Anyone who's ever driven away from a Thanksgiving dinner with their tires squealing knows this:

Families can be tough. And now there's statistical proof.
There's a new book out called "The Pecking Order: Which Siblings Succeed and Why" by Dalton Conley, Director of Social Science Research at New York University. And in his studies, Conley found that a child's place in the family is a strong predictor of how their life will turn out in the long run. He based his research on data from hundreds of thousands of families. So the next time you're munching on a drumstick at Thanksgiving dinner, think about a few of these.
  • Those with the worst chance for financial success are middle children and children with skin darker than their siblings.
  • In large families, the struggle for attention from the parents creates identities that stick through adulthood. Kids from large families feel more pressure to stand out   either by achieving more or by rebelling and causing trouble.
  • And in families with 3 or more kids, there will often be a drastic difference in the kids' financial outcome. One sibling tends to be a lot richer than the others.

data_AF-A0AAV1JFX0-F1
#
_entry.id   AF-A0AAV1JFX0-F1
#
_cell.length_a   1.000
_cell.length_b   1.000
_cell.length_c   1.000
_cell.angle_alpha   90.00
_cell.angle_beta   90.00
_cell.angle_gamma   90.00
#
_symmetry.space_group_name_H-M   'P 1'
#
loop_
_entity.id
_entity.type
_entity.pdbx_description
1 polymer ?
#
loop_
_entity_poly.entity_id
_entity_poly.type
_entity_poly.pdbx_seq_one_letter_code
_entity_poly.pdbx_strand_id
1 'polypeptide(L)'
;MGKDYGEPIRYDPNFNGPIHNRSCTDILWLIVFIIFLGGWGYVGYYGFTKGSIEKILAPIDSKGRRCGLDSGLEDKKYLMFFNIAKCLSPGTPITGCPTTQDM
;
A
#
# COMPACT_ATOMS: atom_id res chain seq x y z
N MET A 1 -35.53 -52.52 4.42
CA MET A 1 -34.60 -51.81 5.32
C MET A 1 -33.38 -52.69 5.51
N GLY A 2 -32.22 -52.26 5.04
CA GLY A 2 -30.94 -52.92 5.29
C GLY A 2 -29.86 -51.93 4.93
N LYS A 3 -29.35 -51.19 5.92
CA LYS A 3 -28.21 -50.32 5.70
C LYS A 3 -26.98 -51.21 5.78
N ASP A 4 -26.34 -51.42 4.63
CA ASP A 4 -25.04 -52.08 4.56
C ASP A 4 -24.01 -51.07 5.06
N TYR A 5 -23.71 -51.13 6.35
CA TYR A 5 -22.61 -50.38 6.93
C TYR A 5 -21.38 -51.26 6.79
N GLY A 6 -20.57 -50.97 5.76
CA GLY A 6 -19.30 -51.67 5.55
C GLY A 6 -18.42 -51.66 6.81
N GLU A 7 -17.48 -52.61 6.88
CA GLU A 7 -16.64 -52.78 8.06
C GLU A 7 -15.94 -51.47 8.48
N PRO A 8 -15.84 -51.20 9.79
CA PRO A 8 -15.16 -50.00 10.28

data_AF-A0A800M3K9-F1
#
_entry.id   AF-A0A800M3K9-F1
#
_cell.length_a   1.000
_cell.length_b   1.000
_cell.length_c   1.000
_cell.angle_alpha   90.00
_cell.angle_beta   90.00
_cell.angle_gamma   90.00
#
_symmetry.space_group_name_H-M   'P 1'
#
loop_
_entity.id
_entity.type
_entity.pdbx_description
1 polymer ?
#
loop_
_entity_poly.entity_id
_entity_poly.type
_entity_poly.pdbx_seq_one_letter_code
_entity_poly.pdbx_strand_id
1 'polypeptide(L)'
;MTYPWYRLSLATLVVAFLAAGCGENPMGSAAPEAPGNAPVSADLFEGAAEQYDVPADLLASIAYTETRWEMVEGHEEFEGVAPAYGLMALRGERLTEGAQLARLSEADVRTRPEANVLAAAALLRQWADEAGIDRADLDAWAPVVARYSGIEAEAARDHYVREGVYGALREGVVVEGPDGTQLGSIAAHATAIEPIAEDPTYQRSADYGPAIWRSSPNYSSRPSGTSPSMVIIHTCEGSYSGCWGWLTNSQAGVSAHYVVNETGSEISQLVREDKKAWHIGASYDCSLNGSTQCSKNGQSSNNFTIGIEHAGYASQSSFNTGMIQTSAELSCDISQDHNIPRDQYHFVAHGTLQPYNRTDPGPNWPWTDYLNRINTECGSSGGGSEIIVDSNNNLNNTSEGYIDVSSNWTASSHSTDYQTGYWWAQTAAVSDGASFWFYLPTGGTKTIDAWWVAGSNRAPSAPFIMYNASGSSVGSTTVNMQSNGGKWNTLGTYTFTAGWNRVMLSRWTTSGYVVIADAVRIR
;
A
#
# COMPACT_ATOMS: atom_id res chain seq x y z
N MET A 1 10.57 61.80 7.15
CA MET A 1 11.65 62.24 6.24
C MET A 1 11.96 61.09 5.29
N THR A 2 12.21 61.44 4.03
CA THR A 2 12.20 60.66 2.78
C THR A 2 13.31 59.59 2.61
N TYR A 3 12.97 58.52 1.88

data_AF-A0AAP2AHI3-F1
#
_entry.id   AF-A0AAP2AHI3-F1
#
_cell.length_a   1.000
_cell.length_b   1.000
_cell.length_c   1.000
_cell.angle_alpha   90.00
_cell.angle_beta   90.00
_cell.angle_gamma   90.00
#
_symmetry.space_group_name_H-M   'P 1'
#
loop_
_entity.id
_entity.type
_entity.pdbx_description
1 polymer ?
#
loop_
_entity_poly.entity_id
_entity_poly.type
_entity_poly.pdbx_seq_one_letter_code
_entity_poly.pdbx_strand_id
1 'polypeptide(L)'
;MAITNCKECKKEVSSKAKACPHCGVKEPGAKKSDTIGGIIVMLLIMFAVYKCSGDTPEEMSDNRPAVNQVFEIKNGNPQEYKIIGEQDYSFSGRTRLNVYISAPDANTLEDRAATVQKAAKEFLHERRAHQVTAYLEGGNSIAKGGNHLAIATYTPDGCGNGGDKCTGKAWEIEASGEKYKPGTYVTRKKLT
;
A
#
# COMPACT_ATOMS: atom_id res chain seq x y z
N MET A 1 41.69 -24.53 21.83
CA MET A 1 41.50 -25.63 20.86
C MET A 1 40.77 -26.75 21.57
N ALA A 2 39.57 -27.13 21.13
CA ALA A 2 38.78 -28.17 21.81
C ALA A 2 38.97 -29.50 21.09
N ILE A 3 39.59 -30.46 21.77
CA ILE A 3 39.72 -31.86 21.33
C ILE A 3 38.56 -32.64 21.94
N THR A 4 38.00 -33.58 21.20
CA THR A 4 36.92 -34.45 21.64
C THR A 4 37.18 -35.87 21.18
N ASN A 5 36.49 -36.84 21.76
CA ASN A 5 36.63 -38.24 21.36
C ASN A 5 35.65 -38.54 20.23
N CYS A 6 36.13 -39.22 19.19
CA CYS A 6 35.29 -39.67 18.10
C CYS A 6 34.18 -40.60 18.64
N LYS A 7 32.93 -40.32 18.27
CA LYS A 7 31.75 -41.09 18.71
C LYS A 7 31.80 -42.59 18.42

• When it comes to divorce, it's hardest on the eldest child. Especially if the eldest is a daughter, because she'll often have to take on more housework, take care of younger siblings, and give emotional support to the single parent. That oldest daughter often gets trapped in that sacrifice role and ends up having a harder life than her younger siblings.
  • In families with a stay-at-home mom, brothers are more likely to get college degrees than their sisters. When the mother works outside the home, those differences disappear.
But Conley wants everyone to know that these are statistics, not the rule. So any predicted outcome can be changed. If you're interested in this book, it's called "The Pecking Order".

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